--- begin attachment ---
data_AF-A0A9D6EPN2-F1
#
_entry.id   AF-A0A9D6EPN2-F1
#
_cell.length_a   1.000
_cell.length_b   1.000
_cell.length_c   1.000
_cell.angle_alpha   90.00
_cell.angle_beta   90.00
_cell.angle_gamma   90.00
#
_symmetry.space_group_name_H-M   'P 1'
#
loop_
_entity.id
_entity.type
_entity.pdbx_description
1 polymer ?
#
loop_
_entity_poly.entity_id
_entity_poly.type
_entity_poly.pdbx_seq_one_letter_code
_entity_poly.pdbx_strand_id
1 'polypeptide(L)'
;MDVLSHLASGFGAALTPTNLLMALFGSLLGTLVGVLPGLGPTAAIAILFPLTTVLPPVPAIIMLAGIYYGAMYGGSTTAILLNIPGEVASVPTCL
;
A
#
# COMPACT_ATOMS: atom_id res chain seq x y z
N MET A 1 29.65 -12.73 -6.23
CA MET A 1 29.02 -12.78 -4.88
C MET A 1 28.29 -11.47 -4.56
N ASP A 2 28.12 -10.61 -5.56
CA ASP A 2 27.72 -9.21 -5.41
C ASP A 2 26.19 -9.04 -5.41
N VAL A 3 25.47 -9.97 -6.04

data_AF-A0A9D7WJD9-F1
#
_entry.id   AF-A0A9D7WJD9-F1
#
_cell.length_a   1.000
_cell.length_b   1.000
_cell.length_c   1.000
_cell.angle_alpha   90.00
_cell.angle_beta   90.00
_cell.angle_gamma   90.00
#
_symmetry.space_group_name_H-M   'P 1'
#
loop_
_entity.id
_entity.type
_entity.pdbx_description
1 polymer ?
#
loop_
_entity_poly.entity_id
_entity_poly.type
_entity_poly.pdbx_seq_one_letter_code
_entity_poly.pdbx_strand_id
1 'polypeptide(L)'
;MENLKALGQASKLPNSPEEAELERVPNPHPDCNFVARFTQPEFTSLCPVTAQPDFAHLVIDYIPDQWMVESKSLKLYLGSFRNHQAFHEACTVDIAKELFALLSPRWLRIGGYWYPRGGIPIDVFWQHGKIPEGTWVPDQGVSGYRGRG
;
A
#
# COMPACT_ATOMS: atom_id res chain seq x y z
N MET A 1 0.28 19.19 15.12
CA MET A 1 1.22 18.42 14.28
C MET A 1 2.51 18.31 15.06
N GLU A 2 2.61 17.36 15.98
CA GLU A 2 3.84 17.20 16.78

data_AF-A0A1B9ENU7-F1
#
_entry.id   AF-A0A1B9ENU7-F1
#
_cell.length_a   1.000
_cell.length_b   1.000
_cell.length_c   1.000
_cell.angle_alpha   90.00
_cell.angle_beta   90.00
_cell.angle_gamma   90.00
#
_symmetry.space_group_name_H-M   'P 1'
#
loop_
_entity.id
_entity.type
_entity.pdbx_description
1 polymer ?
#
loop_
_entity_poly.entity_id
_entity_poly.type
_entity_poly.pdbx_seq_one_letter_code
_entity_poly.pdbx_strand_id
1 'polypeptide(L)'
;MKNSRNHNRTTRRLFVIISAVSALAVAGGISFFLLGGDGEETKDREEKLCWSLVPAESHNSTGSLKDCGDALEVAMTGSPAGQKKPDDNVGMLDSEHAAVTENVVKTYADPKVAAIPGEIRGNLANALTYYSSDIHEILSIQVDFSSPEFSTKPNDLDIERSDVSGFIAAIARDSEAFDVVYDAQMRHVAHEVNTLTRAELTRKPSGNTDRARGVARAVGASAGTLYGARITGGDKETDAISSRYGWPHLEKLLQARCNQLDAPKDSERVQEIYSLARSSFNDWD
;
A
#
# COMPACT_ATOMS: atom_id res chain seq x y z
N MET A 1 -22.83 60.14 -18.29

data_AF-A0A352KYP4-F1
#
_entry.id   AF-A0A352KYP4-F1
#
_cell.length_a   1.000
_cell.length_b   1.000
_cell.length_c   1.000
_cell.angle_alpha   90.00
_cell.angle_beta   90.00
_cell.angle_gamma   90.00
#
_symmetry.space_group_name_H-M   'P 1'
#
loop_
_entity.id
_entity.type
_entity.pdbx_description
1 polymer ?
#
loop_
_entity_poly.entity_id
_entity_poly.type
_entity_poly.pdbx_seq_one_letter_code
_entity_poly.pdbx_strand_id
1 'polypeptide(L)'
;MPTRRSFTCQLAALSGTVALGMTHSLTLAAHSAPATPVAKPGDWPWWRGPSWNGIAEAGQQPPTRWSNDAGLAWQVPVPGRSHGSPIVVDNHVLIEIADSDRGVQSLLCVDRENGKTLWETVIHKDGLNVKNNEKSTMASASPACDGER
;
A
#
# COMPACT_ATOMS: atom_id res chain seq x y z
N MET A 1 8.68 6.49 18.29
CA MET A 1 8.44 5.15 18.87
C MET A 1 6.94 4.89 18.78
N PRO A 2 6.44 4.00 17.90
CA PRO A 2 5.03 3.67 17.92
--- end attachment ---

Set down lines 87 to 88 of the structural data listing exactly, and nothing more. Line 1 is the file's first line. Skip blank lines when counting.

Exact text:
_entity.id
_entity.type